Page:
Simple fence modification increases land movement prospects for freshwater turtles on floodplains

Waltham, Nathan J., Schaffer, Jason, Walker, Sophie, Perry, Justin, and Nordberg, Eric (2022) Simple fence modification increases land movement prospects for freshwater turtles on floodplains. Wildlife Biology, 2022 (3). e01012.

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Installing conservation fences to prohibit feral animal access to wetlands can become a barrier for non-target species of interest. We collected 161 turtles (Chelodina rugosa, Emydura subglobosa worrelli, Myuchelys latisternum) from twenty floodplain and riverine wetlands during post-wet (June–August) and late-dry season (November–December) surveys (2015–2018) in northern Australia. Wetlands were fenced (150 × 150 mm square, 1.05 m high wire mesh) or unfenced around the wet perimeter. Ninety-seven percent of individuals caught in either fenced or unfenced wetlands had a shell carapace width greater than mesh width, of these 44 (46%) were captured inside fenced wetlands, while 50 were caught in unfenced wetlands. The remaining 35 turtles were smaller than 150 mm and would likely pass easily through fence mesh. Sixty-five turtles partook in a fencing manipulative experiment. Turtles with carapace widths wider than mesh often successfully escaped through fences by lifting one side of their shell and passing diagonally through the mesh. In a second experiment where a piece of vertical wire (1500 × 300 mm) was removed, turtles located ‘gates' after prospecting and fitting through meshing areas that were too small to pass. Ninety-two percent of turtles were able to locate and pass through gates, while 8% failed to locate a gate after 2 h. Gates applied every 4 m showed an 83% passage rate, every 2 m was 91%, and every 1 m was 100%. Combing field and manipulative experiments revealed that large turtles will prospect and move along a fence until they find suitable passage, which has important consequences when considering that gates could be easily retrofitted to existing sites, as well in new fencing programs, which has enormous positive conservation benefits for turtles in an already challenging and changing floodplain environment.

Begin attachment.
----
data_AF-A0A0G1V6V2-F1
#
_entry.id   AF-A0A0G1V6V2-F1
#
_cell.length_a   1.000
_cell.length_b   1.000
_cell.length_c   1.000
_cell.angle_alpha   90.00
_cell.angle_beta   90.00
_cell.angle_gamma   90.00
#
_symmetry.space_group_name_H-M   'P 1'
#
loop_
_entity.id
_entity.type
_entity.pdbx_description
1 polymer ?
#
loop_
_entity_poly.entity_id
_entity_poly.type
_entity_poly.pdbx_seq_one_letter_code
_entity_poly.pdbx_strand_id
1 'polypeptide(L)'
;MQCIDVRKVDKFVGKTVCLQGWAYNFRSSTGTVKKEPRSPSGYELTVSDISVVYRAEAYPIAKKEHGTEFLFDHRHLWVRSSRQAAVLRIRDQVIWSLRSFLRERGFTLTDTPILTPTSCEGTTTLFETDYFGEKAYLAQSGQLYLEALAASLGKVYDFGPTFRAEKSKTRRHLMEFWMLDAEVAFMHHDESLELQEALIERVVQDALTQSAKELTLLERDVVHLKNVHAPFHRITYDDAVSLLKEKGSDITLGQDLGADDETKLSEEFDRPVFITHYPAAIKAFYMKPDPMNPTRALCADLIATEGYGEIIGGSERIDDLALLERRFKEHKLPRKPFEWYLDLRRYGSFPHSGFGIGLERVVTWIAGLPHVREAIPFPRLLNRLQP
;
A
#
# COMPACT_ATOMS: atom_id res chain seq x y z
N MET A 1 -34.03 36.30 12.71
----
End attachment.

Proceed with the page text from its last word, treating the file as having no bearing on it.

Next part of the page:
Item ID: 75962
Item Type: Article (Research - C1)
ISSN: 1903-220X
Keywords: connectivity, exclusion fences, feral pigs, floodplains, freshwater turtles, wetlands
Copyright Information: © 2022 The Authors. Wildlife Biology published by John Wiley & Sons Ltd on behalf of Nordic Society Oikos. This is an open access article under the terms of the Creative Commons Attribution License, which permits use, distribution and reproduction in any medium, provided the original work is properly cited.
Date Deposited: 08 Sep 2022 02:04
FoR Codes: 41 ENVIRONMENTAL SCIENCES > 4104 Environmental management > 410401 Conservation and biodiversity @ 30%
41 ENVIRONMENTAL SCIENCES > 4104 Environmental management > 410404 Environmental management @ 30%
31 BIOLOGICAL SCIENCES > 3103 Ecology > 310304 Freshwater ecology @ 40%
SEO Codes: 18 ENVIRONMENTAL MANAGEMENT > 1803 Fresh, ground and surface water systems and management > 180301 Assessment and management of freshwater ecosystems @ 100%
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